The driver of the red Mustang was also observed to be wearing yellow gold pants. When arrested, appellant was wearing tan plaid pants. There was evidence that appellant had left his home that morning in gold pants, and it was the government's position that there was ample time for him to change before checking in with the police. This was a fact which the jury was entitled to evaluate with all the other evidence


Defense counsel moved for a directed verdict at the close of the government's case but did not renew this motion at the close of all the evidence. While such failure has been said to be a waiver of the sufficiency issue, see, e. g., United States v. Edwards, 443 F.2d 1286, 1295 (8th Cir.), cert. denied, 404 U.S. 944, 92 S.Ct. 295, 30 L.Ed.2d 259 (1971), our more recent practice has been to review the record under the plain error rule. See United States v. McIntyre, 467 F.2d 274, 276 n. 1 (8th Cir. 1972), cert. denied, 410 U.S. 911, 93 S.Ct. 972, 35 L.Ed.2d 274 (1973). In making this evaluation, we take the entire record into account, including evidence adduced during the defendant's case. See United States v. Davis, 542 F.2d 743 at 746 (8th Cir. 1976)


The ability of a trained investigator to see and observe has been recognized as relevant in judging the reliability of his identification of a suspect. Particularly, this ability is a factor to consider in determining whether an in-court identification following an impermissibly suggestive identification procedure has a basis independent of the suggestive procedure. See United States v. Reid, 517 F.2d 953, 966 (2d Cir. 1975); United States v. Ganter, 436 F.2d 364, 372 (7th Cir. 1970); United States v. Cox, 428 F.2d 683, 686-87 (7th Cir.), cert. denied, 400 U.S. 881, 91 S.Ct. 127, 27 L.Ed.2d 120 (1970); United States v. Kilgore, 418 F.2d 225, 226 (9th Cir. 1969). See also United States v. Bothwell, 465 F.2d 217, 220 (9th Cir. 1972)


Furthermore, the identifications clearly satisfied the tests of Neil v. Biggers, supra, for determining the reliability of in-court identifications: the opportunity of the witness to view the accused at the scene of the crime, his degree of attention, the accuracy of his prior descriptions, his level of certainty at the confrontation, and the length of time between the crime and the confrontation. 409 U.S. at 199-200, 93 S.Ct. 375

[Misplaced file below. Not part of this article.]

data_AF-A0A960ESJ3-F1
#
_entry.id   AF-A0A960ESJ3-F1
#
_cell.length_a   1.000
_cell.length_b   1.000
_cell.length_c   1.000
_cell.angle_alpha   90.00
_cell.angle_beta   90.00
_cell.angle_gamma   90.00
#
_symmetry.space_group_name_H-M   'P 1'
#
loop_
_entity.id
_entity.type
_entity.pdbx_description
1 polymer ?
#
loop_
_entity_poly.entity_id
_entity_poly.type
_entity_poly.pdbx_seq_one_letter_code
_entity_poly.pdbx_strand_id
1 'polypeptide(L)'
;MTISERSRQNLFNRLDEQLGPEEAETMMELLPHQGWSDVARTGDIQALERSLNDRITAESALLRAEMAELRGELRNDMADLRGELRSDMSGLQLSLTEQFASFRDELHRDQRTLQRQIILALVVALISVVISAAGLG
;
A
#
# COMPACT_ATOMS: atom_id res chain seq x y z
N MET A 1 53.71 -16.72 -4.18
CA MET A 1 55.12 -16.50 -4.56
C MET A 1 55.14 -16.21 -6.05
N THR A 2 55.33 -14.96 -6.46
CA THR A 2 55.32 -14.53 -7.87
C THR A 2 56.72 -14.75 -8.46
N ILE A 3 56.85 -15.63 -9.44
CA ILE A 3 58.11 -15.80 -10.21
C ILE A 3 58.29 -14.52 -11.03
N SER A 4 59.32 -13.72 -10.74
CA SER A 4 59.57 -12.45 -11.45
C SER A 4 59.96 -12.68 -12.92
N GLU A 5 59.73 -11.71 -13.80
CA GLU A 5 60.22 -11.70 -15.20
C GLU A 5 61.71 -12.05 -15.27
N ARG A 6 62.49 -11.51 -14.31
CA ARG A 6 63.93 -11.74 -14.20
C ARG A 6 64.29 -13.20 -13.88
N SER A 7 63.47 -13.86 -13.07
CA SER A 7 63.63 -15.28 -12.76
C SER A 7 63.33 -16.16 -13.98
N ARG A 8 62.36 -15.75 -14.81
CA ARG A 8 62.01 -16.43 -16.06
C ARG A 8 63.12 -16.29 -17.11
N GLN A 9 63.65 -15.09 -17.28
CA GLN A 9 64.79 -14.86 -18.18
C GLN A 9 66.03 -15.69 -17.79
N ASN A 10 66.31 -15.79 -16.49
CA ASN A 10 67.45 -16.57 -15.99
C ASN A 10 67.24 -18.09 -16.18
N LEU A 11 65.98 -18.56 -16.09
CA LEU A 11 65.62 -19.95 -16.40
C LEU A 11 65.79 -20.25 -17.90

We deal summarily with appellant's contention that the government attorney misrepresented the evidence when he stated that two court employees "remembered" appellant when he reported to them prior to 9:00 on the morning of the theft that his car had been stolen. Neither employee could identify appellant. The government contends its argument was based on their memory of the report, since it was the only one made to them at the information desk that week. This and other statements assigned as error on appeal were well within the range of limited comment on the government's version of what the evidence established. See United States v. Washington, 528 F.2d 953, 954 (8th Cir. 1975); United States v. Hager, 505 F.2d 737, 740 (8th Cir. 1974); United States v. Lawson, 483 F.2d 535, 539 (8th Cir. 1973), cert. denied, 414 U.S. 1133, 94 S.Ct. 874, 38 L.Ed.2d 757 (1974); Wakaksan v. United States, 367 F.2d 639, 646 (8th Cir. 1966), cert. denied, 386 U.S. 994, 87 S.Ct. 1312, 18 L.Ed.2d 341 (1967)

Cf. United States v. Bledsoe, 531 F.2d 888, 892 (8th Cir. 1976). The jury was advised that arguments of counsel were not evidence, and we find this contention to be without merit.


Appellant told the agents that he had run some errands for his mother between 7:00 a. m. and 8:00 a. m. and returned to her house. He then went to downtown St. Louis because he was to appear in traffic court that morning. On his way downtown (east) he said he bought a newspaper at a newsstand at Newstead and Olive. He then purchased some orange juice and gin at a liquor store at Blackstone and Page (which is considerably northwest of his last stop). He then returned east, stopping at a Methadone Treatment Center at Olive and Vandeventer. From there he travelled east to the area of the Municipal Courts Building at 13th and Market Streets


No cautionary instructions were given since none were requested. Courts are understandably reluctant to focus attention upon a passing comment of this nature unless the party affected objects or requests such an instruction. The First Circuit, however, in the exercise of its supervisory authority, now imposes the responsibility upon the District Court to interrupt the argument, give cautionary instructions, and tell the jury the U. S. Attorney was guilty of misconduct; otherwise, the comment will not be found harmless error. United States v. Flannery, 451 F.2d 880, 882 (1st Cir. 1971)